♥ 2x 5cm strips of Velcro
♥ Sewing machine
♥ A needle and thread
♥ A pen
Step One: Firstly, we’re going to make the bow. Take one of the pieces of fabric measuring 50 x 8cm and fold it in half, with the wrong side of the fabric showing.
Step Two: Sew along three edges (leaving one of the short ends open for turning) and snip the very corners off, this makes turning out neater in the corners!
This simple and cute tutorial to make your own twine ball light garland is right up my street. Thank you to Michelle Kelly of Pocketful of Dreams for putting it together for us!
Over to you Michelle…
I’ve seen twine balls used for all sorts of purposes, from chandeliers to pretty table decor, so I thought I’d have a go at making a light garland using this idea. I wanted something that would create a really pretty lighting effect, but I also wanted the string to have quite a strong and vibrant colour.
So I chose to use coloured twine, alternating between pink and purple twine balls. But what I actually found was that the glue and cornflour mixture tended to make the colour look a little dulled and whitewashed, it still looked pretty and works really well if you have more of a muted colour-scheme, however this is not the look I was going for. So to create the vibrancy I wanted I sprayed my twine balls with spraypaint once they had dried, this gave them a really lovely sheen as well as the strong colour I wanted, so this is worth noting if you want strong as opposed to muted colours. And of course if you are spraying yours you can use any twine, you don’t need to go to the expense of sourcing pretty coloured ones.
♥ Twine - Either plain or in colours of your choosing
♥ PVA Glue - About 1/2 litre
♥ Warm water
♥ Marker pen
♥ Old tray for the glue mixture
♥ A broom or long piece of wood to hand the balloons from
♥ Twinkly light garland to attach the twine-balls to
♥ Fishing wire
♥ Spray paint in the colours of your choice - I used Rustoleum painters touch multi-purpose paint
Step One: First of all blow-up the balloons, one for each twine-ball you want to make. Smear the balloons with a thin coating of vaseline (this will stop your twine from sticking to the balloons).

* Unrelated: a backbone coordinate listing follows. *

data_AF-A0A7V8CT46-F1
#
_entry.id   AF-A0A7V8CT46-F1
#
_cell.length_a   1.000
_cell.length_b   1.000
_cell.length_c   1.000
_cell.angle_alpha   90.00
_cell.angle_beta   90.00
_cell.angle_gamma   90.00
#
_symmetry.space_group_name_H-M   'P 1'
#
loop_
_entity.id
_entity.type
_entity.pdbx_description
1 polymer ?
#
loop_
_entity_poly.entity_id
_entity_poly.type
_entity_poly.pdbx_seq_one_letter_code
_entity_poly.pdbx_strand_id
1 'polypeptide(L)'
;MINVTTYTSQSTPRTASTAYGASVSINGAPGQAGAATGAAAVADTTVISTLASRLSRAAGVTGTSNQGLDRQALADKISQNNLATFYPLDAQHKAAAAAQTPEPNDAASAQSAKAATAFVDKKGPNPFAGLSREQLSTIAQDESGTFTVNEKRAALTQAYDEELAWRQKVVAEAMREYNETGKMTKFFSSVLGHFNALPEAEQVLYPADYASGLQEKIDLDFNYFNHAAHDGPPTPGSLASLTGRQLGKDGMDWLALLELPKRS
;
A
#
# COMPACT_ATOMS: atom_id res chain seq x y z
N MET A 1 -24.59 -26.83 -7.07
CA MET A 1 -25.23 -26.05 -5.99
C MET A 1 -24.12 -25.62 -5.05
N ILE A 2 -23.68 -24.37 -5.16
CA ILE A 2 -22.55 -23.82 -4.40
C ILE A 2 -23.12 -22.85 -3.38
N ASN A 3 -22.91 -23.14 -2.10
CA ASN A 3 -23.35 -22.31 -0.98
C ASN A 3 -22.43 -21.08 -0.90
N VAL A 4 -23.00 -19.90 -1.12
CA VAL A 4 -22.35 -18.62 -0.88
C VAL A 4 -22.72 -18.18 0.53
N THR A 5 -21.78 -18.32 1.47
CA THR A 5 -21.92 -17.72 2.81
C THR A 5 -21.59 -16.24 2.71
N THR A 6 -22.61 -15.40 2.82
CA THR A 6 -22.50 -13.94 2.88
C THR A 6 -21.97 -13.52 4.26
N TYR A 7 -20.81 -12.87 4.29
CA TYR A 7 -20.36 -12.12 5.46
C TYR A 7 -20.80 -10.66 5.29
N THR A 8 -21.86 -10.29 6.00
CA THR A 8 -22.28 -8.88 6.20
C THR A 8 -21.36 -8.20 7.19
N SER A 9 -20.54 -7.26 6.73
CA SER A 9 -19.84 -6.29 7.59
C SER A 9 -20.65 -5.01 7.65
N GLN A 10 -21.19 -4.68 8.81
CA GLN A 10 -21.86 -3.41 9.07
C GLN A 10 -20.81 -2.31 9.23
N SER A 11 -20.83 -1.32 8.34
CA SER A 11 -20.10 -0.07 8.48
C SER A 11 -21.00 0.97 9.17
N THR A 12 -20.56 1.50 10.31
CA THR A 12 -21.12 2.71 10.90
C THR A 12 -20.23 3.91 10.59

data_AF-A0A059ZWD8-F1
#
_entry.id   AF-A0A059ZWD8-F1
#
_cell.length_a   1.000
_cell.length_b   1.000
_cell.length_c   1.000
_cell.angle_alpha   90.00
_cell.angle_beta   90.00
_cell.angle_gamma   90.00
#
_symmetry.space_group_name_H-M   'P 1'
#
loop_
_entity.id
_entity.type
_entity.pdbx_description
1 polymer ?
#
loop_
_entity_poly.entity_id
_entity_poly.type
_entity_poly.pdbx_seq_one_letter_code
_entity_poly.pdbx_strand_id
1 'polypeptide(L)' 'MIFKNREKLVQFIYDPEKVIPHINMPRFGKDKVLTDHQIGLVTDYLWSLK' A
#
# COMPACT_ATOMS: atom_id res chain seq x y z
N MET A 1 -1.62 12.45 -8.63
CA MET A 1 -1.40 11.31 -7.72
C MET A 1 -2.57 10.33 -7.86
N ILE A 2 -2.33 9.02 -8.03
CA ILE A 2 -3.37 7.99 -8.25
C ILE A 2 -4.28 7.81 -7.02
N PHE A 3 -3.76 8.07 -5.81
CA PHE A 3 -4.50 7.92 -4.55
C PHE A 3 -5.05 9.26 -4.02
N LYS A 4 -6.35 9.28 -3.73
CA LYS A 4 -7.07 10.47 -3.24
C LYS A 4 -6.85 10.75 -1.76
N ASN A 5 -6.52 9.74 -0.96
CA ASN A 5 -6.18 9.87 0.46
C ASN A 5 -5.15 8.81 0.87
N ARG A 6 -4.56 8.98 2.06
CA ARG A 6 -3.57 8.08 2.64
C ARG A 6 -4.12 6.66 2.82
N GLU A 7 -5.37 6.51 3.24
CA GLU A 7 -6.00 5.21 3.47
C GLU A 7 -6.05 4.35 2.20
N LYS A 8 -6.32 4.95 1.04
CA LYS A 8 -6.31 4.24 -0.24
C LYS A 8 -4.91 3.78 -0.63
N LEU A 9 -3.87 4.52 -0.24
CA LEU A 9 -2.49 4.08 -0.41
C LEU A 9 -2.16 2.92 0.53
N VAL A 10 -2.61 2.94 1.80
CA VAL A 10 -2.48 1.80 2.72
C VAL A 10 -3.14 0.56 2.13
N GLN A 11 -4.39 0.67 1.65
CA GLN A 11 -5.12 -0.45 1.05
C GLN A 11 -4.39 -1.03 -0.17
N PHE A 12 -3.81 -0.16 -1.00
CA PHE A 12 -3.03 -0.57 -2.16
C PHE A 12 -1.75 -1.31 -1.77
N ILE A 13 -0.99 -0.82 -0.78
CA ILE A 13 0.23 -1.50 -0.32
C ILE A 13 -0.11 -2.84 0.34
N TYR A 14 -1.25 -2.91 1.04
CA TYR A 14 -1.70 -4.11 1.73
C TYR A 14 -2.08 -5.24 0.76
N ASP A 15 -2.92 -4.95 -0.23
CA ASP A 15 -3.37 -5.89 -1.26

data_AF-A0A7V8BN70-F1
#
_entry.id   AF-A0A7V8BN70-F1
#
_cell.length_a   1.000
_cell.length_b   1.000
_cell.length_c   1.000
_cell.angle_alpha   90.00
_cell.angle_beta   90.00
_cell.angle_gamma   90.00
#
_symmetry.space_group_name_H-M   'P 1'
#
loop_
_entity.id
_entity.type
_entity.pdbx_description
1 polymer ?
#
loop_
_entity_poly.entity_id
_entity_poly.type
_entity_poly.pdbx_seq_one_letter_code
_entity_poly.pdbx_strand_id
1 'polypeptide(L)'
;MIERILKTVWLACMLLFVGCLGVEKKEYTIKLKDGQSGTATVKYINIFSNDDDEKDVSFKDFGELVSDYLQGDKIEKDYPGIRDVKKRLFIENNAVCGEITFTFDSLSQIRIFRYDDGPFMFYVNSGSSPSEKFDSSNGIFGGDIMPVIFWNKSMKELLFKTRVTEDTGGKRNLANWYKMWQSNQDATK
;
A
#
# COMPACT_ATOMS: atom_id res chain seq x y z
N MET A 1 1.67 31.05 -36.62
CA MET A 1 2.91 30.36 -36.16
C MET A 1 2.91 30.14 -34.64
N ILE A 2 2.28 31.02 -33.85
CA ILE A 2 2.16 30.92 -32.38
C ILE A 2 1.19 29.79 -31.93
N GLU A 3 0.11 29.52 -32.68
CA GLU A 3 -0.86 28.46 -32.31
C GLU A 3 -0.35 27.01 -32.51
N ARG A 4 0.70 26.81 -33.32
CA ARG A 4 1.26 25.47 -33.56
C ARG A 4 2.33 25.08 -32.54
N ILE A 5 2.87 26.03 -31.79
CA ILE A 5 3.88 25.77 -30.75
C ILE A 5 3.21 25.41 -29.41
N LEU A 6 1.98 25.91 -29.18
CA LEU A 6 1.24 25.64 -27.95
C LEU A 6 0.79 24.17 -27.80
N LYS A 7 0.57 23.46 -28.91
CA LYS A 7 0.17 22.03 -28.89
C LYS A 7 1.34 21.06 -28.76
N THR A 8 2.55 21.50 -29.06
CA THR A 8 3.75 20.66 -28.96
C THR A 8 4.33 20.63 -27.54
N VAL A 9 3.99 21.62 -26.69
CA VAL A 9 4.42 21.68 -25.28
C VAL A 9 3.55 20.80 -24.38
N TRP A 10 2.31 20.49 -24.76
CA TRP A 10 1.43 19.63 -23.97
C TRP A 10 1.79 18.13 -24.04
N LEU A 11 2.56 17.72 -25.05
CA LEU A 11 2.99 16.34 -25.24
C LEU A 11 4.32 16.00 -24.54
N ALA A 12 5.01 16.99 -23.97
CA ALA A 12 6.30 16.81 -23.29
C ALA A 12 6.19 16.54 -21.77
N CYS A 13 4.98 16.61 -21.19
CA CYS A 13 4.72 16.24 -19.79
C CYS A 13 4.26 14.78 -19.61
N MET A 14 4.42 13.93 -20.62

Step Two: Tie a piece of string to the ends of each balloon and then around an old piece of wood (I had mine balanced across the backs of two chairs in my backyard). Make sure you have something underneath, like plastic sheeting or bin bags to catch all the drips.
Today’s super cute DIY tutorial comes from reader Klaire of Paper Me Happy. The piano keys theme could be a great alternative to bunting at your wedding. Alongside her husband, Klaire makes gorgeous paper flowers – the perfect alternative to the real deal. “We create alternative wedding flowers for alternative couples, fusing ancient origami folds with contemporary prints and patterns and vintage novel pages,” she explains.
Over to you Klaire…
I’m very excited to be sharing today’s DIY piano keys garland project with you. Mine is currently pride of place abreast my mantle piece but think it could look equally cool at a music-loving couple’s wedding. For my garland, I’ll be using the slogan ‘Baby, Let’s make sweet music’ but in my PDF artwork I have included the full alphabet and numbers, so you can craft whatever slogan you fancy. You can download the PDF with the template for both the piano keys and letters from here.
♥ The letters for your chosen slogan printed out onto standard printer paper
♥ Enough piano key pages to accommodate your chosen slogan (each page fits approximately 4 letters)
♥ Masking tape
♥ Scissors or a scalpel blade
♥ Metallic ruler
♥ Paper glue or spray mount
♥ Blu tack, double sided tape or pins (for hanging the finished garland)